Today we are publishing our revised plan, titled 'Learning to Live in a world with COVID-19'.
It sets out the current considerations and rationale for Government decision making over the next one to three months. The announcements today form part of this.
It recognises that, while the vaccination programme has contributed significantly to the Island’s defences, the virus continues to represent a threat to Island life, particularly if a new variant, which evades vaccines, emerges and spreads.
You can read the plan online at gov.im/covid19
One final area I want to cover is the number of deaths on the Island from COVID-19.
You may be aware that the Public Health Directorate has recently started publishing weekly COVID-19 surveillance reports.
As part of this work a decision was taken to review all death certificates back to January 2020 – the start of the pandemic.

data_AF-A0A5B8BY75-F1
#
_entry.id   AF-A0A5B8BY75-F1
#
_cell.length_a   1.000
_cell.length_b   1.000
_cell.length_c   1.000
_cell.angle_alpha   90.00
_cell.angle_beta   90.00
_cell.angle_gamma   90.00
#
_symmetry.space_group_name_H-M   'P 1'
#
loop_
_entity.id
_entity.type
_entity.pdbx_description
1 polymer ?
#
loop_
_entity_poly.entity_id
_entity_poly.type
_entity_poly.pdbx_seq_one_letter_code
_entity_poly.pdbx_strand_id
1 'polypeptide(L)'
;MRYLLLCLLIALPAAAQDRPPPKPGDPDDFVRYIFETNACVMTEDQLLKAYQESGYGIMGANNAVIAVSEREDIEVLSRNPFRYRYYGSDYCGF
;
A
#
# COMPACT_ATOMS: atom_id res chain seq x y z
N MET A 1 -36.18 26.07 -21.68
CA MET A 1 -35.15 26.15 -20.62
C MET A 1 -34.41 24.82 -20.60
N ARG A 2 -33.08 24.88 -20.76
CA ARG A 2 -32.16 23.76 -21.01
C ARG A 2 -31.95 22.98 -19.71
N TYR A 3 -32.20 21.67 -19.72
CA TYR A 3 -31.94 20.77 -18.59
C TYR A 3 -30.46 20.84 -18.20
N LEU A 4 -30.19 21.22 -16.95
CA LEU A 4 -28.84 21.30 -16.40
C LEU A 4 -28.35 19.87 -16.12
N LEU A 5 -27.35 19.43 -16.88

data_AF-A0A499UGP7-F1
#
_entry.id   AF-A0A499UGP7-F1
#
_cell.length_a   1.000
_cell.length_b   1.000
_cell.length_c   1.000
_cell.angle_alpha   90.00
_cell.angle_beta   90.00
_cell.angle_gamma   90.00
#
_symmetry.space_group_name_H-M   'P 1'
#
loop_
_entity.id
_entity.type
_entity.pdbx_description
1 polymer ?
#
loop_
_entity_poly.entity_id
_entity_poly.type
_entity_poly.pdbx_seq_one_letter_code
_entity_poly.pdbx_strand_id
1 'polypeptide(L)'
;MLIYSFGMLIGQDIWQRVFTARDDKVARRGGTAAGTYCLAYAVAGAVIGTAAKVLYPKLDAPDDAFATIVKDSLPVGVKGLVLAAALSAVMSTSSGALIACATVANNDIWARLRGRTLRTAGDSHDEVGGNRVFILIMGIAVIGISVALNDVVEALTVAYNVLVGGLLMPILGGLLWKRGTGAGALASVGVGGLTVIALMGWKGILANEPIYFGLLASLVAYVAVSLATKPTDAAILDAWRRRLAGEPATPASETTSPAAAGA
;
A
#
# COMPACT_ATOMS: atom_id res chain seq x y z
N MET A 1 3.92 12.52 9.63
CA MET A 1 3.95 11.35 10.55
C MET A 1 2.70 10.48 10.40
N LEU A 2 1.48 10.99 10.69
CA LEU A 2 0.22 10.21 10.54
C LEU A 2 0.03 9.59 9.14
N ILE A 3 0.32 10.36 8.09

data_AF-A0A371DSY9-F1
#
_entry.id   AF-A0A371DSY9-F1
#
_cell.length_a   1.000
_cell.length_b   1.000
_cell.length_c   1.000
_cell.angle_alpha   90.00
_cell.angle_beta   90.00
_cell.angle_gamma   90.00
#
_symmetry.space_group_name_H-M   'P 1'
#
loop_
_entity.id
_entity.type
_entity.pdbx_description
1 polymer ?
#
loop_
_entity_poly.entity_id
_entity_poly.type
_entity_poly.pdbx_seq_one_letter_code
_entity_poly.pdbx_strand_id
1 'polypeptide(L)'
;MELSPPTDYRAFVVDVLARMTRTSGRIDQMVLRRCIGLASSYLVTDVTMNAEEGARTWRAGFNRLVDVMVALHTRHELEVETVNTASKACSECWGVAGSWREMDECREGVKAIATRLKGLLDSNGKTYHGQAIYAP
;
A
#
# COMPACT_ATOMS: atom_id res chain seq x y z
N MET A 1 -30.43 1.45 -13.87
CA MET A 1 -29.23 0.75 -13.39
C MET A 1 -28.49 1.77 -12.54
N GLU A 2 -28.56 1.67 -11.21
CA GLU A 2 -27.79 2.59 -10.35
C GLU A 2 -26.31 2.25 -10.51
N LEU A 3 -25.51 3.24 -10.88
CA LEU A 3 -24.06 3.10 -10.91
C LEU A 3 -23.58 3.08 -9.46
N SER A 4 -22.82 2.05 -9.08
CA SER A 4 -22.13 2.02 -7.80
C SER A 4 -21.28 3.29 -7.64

Our public health team have reviewed over 1,400 certificates for any mention of COVID-19, and – importantly – regardless of whether the individuals had the virus at the time of death.
This process has identified 10 deaths that are now classed as being COVID-19 related – three which were reported on Monday. It takes the total number of COVID-related deaths on the Island to 48. A painful number to see written down and to have to read aloud.
Public Health will continue to monitor causes of the death on the Island on a weekly basis for its ongoing surveillance reports. This will ensure we have the full picture and that all COVID-related deaths are included in official figures and is in line with methods utilised by other jurisdictions.